While some drum machines just churn out 4/4 or 6/8 time signatures, BeatBuddy Mini includes a number of options, including some less common time signatures such as 5/4 and a few useful swing rhythms. Fortunately, there’s a lot of visual guidance. A solid block marches across the screen when the pedal is playing, the number of steps being appropriate for the time signature selected so you always know where the first beat is. There’s also a multi-colour LED above the display, with dedicated Intro/Outro, Drum Fill and Transition LEDs to show you what the pedal is doing.

When the pedal is started, the multi-colour LED shows red for the duration of the intro fill, then goes green, pulsing once per beat to show the pattern is running. Amber denotes a drum fill. When you trigger a transition it turns blue, and then when the alternate pattern plays it shows green again. Double-tap to stop and it shows red for the outro fill, then goes out. The three dedicated LEDs mirror what the multi-colour LED is showing.

If you don’t like the idea of all that bending down between songs, then the optional two-button BeatBuddy Footswitch (which comes with a short TRS jack cable) can be used to step through genres and songs, tap in a new tempo, and trigger accent hits, typically cymbal crashes. It can also be used to pause and restart the rhythm. As you might expect, there’s more to these switches than just turning on or off. For example, you have to hold down the right-hand switch to cycle through Genre, Song or Tempo, then tap again to change the selection or, if in Tempo mode, tap in the tempo you want. This is much easier than it sounds and it doesn’t take long to switch between songs, but if you are in Tempo mode, the mode selector returns to Song after a few seconds of not using the switch. Using the rightmost switch when the song is running stops the song and then restarts it from the beginning of a bar. The left switch plays accents such as cymbal crashes.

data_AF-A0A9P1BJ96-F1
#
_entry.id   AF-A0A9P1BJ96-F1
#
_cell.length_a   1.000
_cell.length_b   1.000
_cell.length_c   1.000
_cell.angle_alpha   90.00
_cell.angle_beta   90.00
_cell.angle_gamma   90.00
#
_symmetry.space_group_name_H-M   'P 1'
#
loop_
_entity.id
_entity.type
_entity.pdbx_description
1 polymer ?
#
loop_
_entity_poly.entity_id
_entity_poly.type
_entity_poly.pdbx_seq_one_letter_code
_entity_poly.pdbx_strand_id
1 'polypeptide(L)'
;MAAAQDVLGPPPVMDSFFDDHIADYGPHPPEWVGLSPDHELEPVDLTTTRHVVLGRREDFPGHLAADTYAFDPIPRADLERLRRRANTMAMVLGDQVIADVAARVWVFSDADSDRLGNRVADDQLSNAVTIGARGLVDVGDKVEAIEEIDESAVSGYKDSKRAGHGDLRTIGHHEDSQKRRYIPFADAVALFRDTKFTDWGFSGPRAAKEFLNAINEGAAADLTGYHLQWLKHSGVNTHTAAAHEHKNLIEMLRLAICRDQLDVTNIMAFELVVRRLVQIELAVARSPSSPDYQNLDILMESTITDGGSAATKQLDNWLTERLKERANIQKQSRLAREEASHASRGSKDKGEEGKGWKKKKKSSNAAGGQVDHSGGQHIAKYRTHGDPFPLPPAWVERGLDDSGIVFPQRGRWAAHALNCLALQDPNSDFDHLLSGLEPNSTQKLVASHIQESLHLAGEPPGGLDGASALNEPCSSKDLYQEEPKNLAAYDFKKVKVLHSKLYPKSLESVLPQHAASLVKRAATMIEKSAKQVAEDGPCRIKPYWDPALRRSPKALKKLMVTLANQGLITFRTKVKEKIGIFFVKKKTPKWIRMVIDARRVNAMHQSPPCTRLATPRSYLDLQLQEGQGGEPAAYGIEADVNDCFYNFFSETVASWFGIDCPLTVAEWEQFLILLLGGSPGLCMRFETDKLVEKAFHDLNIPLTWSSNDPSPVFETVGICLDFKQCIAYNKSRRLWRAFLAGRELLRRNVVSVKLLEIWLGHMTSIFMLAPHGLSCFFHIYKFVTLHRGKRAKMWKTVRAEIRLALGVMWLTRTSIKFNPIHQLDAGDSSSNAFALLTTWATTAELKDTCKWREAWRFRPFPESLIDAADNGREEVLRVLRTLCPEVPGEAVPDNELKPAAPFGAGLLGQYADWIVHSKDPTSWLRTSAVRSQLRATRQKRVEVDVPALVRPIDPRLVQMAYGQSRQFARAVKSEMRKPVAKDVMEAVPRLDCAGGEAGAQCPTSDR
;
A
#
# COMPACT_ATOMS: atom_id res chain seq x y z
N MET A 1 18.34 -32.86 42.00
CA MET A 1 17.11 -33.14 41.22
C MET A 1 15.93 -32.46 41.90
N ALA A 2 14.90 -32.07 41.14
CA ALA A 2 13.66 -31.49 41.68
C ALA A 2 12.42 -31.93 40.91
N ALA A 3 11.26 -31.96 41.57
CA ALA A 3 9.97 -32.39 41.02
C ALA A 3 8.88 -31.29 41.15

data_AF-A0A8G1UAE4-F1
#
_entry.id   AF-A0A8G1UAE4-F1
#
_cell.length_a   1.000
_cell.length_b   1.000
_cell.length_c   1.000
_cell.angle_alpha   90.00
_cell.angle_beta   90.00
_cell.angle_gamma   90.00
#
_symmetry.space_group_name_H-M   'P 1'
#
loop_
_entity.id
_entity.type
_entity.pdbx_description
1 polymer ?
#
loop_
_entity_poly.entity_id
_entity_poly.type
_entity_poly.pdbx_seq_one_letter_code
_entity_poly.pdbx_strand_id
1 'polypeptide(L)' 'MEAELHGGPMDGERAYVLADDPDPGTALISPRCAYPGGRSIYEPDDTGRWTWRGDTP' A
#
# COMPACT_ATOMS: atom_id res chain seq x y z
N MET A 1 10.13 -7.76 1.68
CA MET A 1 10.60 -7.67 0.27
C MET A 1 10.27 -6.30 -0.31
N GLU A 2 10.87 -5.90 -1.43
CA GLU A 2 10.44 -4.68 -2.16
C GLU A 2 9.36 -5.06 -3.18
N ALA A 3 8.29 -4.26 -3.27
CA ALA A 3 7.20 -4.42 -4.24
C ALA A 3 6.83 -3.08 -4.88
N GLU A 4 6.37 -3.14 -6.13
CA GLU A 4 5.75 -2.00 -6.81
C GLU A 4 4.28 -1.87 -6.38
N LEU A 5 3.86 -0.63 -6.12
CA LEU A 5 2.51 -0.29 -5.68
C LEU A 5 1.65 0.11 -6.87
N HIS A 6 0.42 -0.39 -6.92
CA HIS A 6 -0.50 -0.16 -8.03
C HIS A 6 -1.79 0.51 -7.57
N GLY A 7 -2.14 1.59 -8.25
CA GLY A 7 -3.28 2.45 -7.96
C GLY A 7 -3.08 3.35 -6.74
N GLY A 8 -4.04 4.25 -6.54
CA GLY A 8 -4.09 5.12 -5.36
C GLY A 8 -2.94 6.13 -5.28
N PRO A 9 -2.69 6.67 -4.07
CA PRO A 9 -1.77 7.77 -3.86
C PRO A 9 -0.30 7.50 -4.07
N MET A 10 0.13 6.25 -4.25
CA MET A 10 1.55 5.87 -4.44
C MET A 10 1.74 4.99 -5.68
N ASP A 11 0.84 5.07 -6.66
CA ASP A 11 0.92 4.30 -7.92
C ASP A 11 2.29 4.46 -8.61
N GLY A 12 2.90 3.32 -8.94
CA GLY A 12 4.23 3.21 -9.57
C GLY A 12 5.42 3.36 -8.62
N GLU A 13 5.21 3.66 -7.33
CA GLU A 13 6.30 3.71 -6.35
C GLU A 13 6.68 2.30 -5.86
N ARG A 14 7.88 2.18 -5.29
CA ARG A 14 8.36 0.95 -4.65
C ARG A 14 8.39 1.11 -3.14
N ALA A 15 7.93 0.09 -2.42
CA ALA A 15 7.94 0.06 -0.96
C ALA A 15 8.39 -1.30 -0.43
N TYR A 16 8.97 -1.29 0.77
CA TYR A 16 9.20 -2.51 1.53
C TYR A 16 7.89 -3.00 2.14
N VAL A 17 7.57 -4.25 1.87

In Use